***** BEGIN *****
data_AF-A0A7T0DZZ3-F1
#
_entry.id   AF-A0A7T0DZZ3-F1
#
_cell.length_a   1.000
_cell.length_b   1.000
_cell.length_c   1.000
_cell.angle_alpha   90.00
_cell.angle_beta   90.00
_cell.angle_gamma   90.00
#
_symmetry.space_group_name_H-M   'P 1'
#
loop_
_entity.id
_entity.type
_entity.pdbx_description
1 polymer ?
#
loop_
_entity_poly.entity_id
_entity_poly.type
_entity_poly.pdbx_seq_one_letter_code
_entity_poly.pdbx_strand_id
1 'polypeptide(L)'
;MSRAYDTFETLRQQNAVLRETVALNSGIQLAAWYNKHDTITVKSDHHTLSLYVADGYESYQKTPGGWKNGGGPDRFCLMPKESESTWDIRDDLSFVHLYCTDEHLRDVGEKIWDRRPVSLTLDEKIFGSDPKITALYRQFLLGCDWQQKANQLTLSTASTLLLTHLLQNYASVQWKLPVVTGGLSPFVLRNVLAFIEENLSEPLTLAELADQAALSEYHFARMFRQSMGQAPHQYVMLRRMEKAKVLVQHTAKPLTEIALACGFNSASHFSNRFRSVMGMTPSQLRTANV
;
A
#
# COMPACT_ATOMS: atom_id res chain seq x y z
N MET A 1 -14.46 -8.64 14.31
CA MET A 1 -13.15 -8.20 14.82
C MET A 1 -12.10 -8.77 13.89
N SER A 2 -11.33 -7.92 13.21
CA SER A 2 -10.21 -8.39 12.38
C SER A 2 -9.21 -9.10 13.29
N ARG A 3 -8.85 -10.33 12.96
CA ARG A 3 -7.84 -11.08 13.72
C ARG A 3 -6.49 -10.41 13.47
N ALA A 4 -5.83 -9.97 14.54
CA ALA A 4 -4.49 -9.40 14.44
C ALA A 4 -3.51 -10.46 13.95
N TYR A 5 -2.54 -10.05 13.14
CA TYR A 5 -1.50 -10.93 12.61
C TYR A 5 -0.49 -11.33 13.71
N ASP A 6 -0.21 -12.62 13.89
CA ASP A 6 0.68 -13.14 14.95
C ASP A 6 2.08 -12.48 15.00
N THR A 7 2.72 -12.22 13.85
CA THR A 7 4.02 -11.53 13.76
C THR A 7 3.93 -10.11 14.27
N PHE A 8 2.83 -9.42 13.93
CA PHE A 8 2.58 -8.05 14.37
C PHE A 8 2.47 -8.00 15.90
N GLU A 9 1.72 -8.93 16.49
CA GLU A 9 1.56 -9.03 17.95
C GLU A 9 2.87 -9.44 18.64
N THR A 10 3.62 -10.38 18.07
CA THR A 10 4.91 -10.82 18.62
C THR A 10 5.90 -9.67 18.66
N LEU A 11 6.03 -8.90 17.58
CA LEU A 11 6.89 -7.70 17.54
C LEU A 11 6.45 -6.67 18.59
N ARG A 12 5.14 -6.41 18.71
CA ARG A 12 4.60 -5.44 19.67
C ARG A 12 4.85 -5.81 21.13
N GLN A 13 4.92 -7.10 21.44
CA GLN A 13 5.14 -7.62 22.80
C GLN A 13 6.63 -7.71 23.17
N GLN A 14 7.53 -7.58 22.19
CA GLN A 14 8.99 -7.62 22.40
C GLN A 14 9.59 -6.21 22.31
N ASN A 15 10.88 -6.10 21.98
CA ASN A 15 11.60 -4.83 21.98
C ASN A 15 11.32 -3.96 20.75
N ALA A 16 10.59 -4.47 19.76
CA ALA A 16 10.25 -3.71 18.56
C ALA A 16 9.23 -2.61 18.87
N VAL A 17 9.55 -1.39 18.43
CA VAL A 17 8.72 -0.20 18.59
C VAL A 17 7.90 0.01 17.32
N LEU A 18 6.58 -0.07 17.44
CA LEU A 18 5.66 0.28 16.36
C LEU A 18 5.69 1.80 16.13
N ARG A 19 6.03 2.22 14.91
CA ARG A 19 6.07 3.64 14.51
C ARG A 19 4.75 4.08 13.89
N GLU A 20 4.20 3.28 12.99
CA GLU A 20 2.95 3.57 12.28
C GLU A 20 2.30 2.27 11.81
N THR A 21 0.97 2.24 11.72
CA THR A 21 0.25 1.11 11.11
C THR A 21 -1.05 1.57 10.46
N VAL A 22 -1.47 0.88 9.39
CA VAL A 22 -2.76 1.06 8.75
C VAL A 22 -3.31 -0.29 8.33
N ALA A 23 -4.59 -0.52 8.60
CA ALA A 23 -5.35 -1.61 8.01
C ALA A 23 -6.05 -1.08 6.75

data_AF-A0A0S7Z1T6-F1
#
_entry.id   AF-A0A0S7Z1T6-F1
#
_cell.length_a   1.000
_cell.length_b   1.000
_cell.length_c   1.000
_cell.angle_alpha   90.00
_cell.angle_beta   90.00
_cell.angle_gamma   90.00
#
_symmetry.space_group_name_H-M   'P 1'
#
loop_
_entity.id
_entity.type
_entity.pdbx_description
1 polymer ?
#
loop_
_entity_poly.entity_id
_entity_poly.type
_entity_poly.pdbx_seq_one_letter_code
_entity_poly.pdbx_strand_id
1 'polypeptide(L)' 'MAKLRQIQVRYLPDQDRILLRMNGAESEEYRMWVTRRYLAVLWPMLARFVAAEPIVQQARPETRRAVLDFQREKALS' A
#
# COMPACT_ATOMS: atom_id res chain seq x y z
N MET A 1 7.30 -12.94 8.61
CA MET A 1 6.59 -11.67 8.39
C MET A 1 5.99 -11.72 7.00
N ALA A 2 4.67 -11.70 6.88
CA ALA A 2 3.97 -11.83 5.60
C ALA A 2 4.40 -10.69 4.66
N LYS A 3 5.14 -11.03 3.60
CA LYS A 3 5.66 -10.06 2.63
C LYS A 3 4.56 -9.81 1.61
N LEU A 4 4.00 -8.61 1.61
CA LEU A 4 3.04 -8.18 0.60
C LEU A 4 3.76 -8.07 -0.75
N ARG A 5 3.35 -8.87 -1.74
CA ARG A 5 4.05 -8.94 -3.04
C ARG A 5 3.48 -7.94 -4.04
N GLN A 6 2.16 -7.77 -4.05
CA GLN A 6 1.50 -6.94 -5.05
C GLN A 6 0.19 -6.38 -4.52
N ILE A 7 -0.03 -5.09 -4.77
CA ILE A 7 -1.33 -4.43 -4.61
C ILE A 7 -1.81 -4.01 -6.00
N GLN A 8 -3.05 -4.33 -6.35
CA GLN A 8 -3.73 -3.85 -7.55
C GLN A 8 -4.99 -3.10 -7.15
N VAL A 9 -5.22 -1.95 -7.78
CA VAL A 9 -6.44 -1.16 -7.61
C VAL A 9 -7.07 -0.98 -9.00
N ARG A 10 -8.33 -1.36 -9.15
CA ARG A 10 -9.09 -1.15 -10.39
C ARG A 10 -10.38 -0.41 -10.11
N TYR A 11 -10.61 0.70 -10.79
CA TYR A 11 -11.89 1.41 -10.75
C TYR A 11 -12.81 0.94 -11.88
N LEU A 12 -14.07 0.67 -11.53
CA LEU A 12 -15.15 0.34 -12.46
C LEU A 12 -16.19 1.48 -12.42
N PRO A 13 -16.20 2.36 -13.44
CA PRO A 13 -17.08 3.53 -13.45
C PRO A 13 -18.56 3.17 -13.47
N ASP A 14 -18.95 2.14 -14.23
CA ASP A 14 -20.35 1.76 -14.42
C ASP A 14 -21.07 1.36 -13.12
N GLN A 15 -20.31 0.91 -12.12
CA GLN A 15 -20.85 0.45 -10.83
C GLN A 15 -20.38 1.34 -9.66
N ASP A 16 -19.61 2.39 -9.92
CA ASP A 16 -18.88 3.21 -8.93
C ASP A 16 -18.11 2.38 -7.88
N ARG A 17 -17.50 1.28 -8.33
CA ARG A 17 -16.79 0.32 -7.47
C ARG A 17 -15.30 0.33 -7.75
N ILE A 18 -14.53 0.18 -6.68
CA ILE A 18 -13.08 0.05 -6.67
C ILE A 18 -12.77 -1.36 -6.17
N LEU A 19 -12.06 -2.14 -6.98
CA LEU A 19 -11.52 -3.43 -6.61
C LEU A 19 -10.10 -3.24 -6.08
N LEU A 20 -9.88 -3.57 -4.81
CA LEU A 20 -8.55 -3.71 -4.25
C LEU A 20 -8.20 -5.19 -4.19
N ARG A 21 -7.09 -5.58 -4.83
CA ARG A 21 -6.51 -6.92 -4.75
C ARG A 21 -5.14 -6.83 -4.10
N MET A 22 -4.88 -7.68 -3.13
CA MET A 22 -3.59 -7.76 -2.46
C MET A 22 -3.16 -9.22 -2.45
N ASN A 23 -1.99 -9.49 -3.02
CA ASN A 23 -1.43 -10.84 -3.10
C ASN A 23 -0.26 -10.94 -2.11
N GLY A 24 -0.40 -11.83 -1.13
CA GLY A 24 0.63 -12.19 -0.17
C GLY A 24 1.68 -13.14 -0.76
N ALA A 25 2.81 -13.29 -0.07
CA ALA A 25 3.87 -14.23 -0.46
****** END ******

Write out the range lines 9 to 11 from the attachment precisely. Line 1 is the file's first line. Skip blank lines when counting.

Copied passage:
_cell.angle_beta   90.00
_cell.angle_gamma   90.00
#